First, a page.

LURC gives OK to Kibby turbines; Washington County wind zone enlarged

Posted Dec. 01, 2010, at 12:36 p.m.
Last modified Jan. 29, 2011, at 7:25 a.m.

BANGOR, Maine — The Land Use Regulation Commission on Wednesday tentatively accepted the addition of 11 wind turbines to western Maine’s Kibby Mountain wind farm and approved the reclassification of nearly 700 acres of Washington County timberland as a fast-track zone for wind-site development.

The decisions dealt a double setback to state wind power foes, especially those who argued that TransCanada’s new turbines would be a damaging intrusion into the sensitive ecosystem of Kibby and Chain of Ponds townships in Franklin County, two miles from 44 other TransCanada turbines. Altogether, the 55 turbines will represent a $90 million investment by the company.

The commissioners expressed agony over the decision during their daylong meeting at the Spectacular Event Center, but only Commissioner Rebecca Kurtz said that she would oppose the plan when LURC meets to ratify it formally next month.

“Economic development does not trump resource protection,” Kurtz said, “particularly compared to damaging a resource of such extreme sensitivity. If we can’t protect this, let’s just throw away” LURC’s Comprehensive Land Use Plan.

“The benefits do not outweigh the destruction,” she added, “and I do not use that term lightly.”

Commissioner Edward B. Laverty acknowledged that despite the precautions LURC and TransCanada agreed to, the plan would have an adverse effect on some of Kibby’s subalpine forests and Bicknell’s thrush, but not enough to warrant rejecting it.

“This one has been really, really hard,” Laverty said of the decision.

“I see it as part of our very difficult balancing act [between protecting nature and promoting economic development] to allow this kind of project to go forward,” Chairwoman Gwendolyn Hilton said.

Commissioner Sally Farrand said she reserved the right to vote against other, similar plans and expressed hope that the Kibby decision would not be held against the commission as a precedent.

Commissioners likely would have rejected TransCanada’s plan in August, but the company said at the time that it planned to file a revised application removing the four southernmost turbines from what was then a 15-turbine project. A road to the turbines was also cut from the plan, said Christine Cinnamon, an environmental manager for TransCanada.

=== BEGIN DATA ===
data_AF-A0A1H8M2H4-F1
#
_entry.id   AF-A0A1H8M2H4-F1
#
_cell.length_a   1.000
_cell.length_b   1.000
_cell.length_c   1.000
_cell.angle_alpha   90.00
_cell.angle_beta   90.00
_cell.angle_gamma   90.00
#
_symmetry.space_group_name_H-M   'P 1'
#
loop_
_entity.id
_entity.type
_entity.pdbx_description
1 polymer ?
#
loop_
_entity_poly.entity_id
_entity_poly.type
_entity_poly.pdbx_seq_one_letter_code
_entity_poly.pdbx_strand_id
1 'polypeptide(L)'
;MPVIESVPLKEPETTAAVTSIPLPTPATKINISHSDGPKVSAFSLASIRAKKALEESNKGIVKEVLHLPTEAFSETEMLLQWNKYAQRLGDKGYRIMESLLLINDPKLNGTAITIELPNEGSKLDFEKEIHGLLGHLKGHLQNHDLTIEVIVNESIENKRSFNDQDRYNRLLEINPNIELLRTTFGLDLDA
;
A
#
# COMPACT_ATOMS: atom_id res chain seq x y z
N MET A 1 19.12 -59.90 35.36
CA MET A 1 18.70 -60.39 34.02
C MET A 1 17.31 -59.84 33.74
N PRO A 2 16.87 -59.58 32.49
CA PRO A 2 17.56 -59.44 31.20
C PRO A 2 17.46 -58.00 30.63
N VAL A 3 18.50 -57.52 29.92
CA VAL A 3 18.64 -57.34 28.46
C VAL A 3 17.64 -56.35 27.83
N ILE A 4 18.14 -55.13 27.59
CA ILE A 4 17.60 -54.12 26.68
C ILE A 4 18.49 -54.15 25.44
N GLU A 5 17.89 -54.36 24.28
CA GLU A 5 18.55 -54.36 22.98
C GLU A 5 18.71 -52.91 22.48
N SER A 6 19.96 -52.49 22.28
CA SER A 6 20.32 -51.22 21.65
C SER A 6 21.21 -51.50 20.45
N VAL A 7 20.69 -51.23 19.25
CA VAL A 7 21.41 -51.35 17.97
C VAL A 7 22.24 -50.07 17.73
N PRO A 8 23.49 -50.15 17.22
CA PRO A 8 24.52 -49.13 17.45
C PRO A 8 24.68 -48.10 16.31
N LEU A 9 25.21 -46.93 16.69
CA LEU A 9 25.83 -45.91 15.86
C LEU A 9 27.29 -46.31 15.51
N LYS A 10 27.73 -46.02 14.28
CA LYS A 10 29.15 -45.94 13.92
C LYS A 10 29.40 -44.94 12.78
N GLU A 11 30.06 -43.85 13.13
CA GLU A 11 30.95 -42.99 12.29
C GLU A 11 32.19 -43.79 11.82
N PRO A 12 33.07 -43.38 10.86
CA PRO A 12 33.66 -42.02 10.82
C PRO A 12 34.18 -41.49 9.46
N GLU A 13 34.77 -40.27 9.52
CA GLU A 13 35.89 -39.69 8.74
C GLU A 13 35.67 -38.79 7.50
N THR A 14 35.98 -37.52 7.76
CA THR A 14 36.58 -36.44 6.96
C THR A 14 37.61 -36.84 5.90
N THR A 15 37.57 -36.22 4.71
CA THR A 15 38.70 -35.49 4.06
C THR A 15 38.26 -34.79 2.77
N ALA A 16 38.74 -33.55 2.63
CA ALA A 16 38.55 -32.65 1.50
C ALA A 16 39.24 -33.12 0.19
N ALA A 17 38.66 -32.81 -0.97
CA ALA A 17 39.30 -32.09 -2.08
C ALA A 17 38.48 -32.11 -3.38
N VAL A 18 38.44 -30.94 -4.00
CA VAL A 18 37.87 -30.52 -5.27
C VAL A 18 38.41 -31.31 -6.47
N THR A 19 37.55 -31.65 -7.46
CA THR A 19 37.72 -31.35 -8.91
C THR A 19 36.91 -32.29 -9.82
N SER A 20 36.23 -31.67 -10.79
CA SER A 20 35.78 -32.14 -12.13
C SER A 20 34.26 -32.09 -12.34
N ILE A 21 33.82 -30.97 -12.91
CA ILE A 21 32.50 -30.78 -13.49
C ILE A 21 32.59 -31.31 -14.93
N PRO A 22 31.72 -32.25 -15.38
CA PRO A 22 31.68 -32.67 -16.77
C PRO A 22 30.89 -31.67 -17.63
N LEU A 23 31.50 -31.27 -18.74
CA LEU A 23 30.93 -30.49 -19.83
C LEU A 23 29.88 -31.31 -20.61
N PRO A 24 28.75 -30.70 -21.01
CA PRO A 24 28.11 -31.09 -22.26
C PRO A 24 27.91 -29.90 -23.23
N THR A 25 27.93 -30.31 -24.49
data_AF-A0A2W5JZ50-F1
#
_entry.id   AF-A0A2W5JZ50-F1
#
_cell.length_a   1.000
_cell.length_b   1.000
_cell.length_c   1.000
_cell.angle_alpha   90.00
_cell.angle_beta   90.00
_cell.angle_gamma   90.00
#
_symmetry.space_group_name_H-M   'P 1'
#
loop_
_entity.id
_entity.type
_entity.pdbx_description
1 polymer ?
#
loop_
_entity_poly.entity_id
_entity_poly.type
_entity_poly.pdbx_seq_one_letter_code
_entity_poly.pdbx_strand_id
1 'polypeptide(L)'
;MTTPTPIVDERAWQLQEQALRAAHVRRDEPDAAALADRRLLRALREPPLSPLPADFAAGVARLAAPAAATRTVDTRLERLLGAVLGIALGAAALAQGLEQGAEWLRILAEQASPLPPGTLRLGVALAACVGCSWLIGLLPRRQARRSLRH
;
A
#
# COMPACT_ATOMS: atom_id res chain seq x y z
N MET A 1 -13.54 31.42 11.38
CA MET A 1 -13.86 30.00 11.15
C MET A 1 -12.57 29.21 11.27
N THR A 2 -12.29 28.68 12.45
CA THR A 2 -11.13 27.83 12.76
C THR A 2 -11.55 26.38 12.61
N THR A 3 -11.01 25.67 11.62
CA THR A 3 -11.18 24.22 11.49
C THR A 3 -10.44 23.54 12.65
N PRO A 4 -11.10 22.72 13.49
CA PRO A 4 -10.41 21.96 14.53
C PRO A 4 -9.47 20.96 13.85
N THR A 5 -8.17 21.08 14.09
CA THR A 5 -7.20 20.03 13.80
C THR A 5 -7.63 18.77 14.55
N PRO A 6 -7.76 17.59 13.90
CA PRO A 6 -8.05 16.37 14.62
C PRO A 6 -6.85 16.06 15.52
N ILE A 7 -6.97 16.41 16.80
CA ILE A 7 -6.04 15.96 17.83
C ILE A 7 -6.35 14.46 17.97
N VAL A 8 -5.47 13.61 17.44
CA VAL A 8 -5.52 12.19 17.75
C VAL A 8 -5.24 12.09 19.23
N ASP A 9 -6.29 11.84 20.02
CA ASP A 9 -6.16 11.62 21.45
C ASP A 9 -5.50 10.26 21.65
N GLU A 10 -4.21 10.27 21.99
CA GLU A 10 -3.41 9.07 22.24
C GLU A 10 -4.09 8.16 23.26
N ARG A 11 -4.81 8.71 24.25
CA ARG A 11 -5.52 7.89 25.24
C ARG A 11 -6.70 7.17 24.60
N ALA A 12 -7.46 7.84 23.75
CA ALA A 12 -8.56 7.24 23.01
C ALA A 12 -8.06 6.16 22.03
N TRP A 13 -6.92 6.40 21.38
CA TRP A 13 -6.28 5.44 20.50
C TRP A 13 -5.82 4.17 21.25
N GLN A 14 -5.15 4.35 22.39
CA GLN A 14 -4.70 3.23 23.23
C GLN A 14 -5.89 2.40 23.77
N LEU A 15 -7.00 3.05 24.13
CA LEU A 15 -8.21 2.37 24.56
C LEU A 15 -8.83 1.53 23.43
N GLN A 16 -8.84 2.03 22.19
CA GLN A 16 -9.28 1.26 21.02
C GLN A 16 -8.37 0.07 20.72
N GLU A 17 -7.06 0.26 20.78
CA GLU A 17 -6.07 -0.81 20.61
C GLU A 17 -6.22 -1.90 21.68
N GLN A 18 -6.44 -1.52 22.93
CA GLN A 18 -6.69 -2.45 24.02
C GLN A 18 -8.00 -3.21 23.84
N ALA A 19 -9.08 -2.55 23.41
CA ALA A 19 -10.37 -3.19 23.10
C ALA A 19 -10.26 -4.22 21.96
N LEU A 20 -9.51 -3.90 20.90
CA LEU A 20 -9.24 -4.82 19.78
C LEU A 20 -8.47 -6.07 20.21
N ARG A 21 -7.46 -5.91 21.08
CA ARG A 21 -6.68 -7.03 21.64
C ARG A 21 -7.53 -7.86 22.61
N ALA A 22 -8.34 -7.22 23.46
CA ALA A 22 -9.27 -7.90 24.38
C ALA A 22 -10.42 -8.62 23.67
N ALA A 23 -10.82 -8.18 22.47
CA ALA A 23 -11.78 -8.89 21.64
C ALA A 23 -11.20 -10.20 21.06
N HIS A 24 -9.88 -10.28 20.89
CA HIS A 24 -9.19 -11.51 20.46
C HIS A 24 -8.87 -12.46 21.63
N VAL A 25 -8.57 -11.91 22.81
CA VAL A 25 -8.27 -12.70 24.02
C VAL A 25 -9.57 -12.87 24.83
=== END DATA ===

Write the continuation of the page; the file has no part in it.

LURC staff had advised the commission that the new project would not have a major adverse effect upon the environment.

Cinnamon expressed satisfaction with LURC’s tentative decision and said the company awaits approval from only the U.S. Army Corps of Engineers before it can begin construction. No dates have been set.

“We have been working with them [corps members] very closely on this,” Cinnamon said.

Juliet Browne, a lawyer who represented TransCanada before the commission, said that the company had taken “extraordinary measures to minimize the impacts on the resources of concern.” Those included the 11 turbines themselves, which are three megawatts each rather than the more typically seen 1½-megawatt units.

The project is also sufficiently distant from population centers to avoid the shadow flicker and noise complaints that bedevil other projects, Browne said.

That wasn’t much comfort to Bob Weingarten, president of the organization Friends of the Boundary Mountains, which opposes the project. Weingarten’s group believes the windmills will mar a lovely scenic view.

David Publicover, spokesman for a group of opponents called the Consolidated Parties — the Appalachian Mountain Club, Maine Audubon and Natural Resources Council of Maine — offered the commission a meticulously detailed list of objections to the plan before the five commissioners took their informal poll.

He said the project would directly or indirectly imperil 55 acres of ecosystems that are valuable and fragile because of their high altitudes, above 2,700 feet, and accused TransCanada of disregarding that effect.

“It’s awful,” Weingarten said of LURC’s decision. “They did not consider the bigger picture. They looked at everything in a very myopic view.”

In the other wind power case Wednesday, LURC voted unanimously to reclassify the 700 acres of land in Washington County, clearing the way for an application to build a 25- or 26-turbine facility in Kossuth Township. The vote came with no discussion.

The zoning expansion will allow a subsidiary of First Wind of Massachusetts to expand the footprint of an already designated expedited wind area of about 100 acres in Carroll Plantation, which is in Penobscot County, LURC director Catherine Carroll has said.

The proposed 25- or 26-turbine facility would be located just south of Route 6 and about eight miles south of Stetson Mountain, the site of the 55-turbine Stetson I and II site owned by First Wind.

In its 30-page proposal, Champlain Wind LLC, the First Wind subsidiary, said the zone expansion and project would be a good fit for the land the turbines would be on. It said the land is used primarily for recreation and forest products development, and the project would not reduce its value.

Plan opponents said during a public hearing in September that LURC would be creating a potential compromise of the goals it set in its own Comprehensive Land Use Plan if it approved the expansion.

If Champlain Wind builds the wind site, critics contended, it would be visible from Pleasant and Trout lakes. Trout Lake is among 176 remote state ponds to which LURC affords special protection in order to maintain their remote status, natural resource value and the primitive recreational experience in a remote setting, the critics said.

Kevin Gurall, president of the Partnership to Preserve Downeast Lakes Watershed, said his group is considering appealing the approval to the Maine Supreme Judicial Court.

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